Utah's big Olympic payoff won't be entirely monetary — it will come in the form of a new image of the state, said officials gathered Monday. During a forum on planning for the 2002 Winter Games, state, local and Olympic leaders predicted that the world would see the Mountain West in a new light if Utahns play their cards right.
In a kind of Winter Games 101 classroom setting Monday afternoon, about 30 mayors, commissioners and other government types gathered at Memorial House in Salt Lake City. With Salt Lake City Mayor Rocky Anderson as the host and cheerleader, they hammered out some basics of how to charm Olympic visitors and Utahns alike when they converge next February.
"Even if it were not for the economic development" that is hoped for, "these Games are worth pursuing, for the community-building that can take place," Anderson said.
It took copious tossing-around of verbiage for the officials to reach consensus on anything during Monday's forum. After speeches by Salt Lake City Olympic planner John Sittner, who resembled a runner on an endless sprint, and Rip Rippetoe, director of Visitor Information Services (VIS) of Utah, the group did decide to produce a statewide calendar of events before and during the 2002 Games. Sittner expects the first draft of the calendar to appear this summer on the VIS Web site, www.saltlakeinfo.org, and the Salt Lake City site, www.ci.slc.ut.us.
E-mailing and handing out such calendars to Games-goers will flesh out their Utah experience, Sittner said. "People can add a day or two" to visit other towns or attend a local festival.
But Rippetoe said VIS is already taking calls from unhappy people who can't find lodging in Salt Lake City during the Olympics. "We're booking rooms in Nephi, Wendover, Logan" and beyond, he said. The next question those callers ask is "What else is there to do" in Utah, and what is there to do for free? Hence the demand for the events calendar.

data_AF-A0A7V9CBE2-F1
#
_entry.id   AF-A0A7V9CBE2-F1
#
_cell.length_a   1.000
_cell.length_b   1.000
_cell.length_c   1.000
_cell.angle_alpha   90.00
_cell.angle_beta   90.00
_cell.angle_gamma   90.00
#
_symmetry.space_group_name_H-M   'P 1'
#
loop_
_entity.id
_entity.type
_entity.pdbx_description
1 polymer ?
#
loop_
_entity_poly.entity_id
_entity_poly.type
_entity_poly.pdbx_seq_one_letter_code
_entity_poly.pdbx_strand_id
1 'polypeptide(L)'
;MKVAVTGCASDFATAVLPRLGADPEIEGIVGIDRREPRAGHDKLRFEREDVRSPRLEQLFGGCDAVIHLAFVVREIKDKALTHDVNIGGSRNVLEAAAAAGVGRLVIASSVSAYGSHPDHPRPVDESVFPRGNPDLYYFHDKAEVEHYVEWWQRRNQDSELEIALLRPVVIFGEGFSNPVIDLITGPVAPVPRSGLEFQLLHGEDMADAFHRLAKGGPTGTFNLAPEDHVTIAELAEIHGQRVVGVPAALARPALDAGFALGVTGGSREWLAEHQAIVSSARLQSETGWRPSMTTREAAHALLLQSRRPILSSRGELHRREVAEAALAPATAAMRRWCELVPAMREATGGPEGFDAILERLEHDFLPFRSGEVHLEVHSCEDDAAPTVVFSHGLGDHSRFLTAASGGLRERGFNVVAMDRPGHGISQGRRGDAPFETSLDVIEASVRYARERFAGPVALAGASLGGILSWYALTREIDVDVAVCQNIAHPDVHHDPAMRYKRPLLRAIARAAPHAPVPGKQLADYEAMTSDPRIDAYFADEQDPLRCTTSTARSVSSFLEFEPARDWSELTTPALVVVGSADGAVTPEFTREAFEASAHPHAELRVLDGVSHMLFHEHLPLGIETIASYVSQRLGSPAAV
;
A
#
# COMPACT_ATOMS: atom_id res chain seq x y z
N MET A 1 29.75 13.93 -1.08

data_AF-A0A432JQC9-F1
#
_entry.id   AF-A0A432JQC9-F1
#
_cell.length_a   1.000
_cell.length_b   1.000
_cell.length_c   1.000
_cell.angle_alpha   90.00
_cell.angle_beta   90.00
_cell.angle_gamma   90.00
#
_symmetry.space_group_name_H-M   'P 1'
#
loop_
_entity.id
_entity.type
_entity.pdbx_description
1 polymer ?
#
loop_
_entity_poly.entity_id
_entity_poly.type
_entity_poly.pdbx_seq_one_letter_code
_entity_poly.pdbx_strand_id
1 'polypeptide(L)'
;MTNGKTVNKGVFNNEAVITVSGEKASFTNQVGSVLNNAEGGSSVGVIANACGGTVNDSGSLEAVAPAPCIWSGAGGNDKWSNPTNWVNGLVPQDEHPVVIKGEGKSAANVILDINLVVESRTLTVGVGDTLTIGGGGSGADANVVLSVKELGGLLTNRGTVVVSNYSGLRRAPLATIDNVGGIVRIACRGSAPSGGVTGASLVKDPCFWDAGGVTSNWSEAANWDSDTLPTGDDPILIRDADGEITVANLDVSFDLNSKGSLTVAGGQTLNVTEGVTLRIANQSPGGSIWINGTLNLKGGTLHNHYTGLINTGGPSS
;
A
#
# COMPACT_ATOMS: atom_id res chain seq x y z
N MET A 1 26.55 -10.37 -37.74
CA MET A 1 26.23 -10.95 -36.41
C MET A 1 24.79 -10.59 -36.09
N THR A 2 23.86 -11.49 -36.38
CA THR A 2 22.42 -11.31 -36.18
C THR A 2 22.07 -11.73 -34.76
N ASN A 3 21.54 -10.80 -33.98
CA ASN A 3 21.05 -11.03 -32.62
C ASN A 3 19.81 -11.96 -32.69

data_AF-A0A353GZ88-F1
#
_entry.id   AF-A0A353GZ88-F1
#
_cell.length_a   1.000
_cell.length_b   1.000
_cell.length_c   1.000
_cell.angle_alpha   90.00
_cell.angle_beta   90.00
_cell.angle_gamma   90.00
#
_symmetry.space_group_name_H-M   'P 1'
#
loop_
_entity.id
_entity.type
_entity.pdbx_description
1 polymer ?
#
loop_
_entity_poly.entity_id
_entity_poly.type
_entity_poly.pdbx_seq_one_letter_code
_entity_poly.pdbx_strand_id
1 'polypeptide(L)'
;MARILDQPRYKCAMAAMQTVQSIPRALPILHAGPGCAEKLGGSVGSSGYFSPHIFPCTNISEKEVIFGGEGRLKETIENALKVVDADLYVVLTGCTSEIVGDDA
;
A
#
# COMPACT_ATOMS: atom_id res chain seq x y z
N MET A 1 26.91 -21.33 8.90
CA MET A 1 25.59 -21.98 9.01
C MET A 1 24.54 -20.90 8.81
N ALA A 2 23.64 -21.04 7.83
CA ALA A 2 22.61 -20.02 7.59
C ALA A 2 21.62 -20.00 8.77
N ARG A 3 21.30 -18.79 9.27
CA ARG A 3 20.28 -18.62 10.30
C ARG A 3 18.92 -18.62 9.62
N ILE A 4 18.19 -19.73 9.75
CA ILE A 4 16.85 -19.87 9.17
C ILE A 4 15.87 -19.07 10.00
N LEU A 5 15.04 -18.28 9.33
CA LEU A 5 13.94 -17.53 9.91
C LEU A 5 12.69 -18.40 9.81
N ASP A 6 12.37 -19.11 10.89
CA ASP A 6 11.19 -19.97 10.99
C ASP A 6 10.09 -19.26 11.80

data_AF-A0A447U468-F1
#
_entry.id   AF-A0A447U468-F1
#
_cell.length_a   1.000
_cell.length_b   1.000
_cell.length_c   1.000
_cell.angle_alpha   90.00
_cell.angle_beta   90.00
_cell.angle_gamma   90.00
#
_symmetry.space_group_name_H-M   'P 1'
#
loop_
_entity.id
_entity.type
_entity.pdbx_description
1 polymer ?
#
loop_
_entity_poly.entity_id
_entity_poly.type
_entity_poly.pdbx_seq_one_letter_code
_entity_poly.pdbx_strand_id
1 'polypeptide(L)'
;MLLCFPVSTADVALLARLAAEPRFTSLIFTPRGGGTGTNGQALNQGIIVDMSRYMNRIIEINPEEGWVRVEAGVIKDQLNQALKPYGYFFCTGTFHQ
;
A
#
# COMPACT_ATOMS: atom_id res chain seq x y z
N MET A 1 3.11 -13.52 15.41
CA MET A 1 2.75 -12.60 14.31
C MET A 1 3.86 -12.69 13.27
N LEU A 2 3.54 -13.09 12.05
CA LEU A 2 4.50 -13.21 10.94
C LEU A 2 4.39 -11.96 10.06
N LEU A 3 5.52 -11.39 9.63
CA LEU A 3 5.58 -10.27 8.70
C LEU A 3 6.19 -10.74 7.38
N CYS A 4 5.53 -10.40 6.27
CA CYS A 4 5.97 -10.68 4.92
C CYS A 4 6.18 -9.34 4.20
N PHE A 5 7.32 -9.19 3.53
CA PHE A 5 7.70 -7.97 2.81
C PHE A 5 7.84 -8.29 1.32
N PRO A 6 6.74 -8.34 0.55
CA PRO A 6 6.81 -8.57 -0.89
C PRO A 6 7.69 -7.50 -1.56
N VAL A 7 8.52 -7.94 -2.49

Avenues-Capitol Hill Community Council member Peter Corroon came to the forum with ideas for how to give visitors a personalized Salt Lake experience. "Many of you have traveled," he said to the assembly, "and what you remember is not necessarily the sites you visited but the people you met." His council is arranging dinner parties, city tours guided by locals, concerts by local musicians and lodging at local homes for athletes' families during the Games.
But Utahns must also be careful not to neglect their own neighbors, said state Olympic officer Lane Beattie. "If you're planning on only filling your Olympic venues with Olympic visitors, I feel sorry for you. Our job is to fill our streets with Utahns."
Sittner urged community leaders to give him more such input, be it the seed of an idea or a fully planned event. He can be reached at 535-7733 or via e-mail at email@example.com .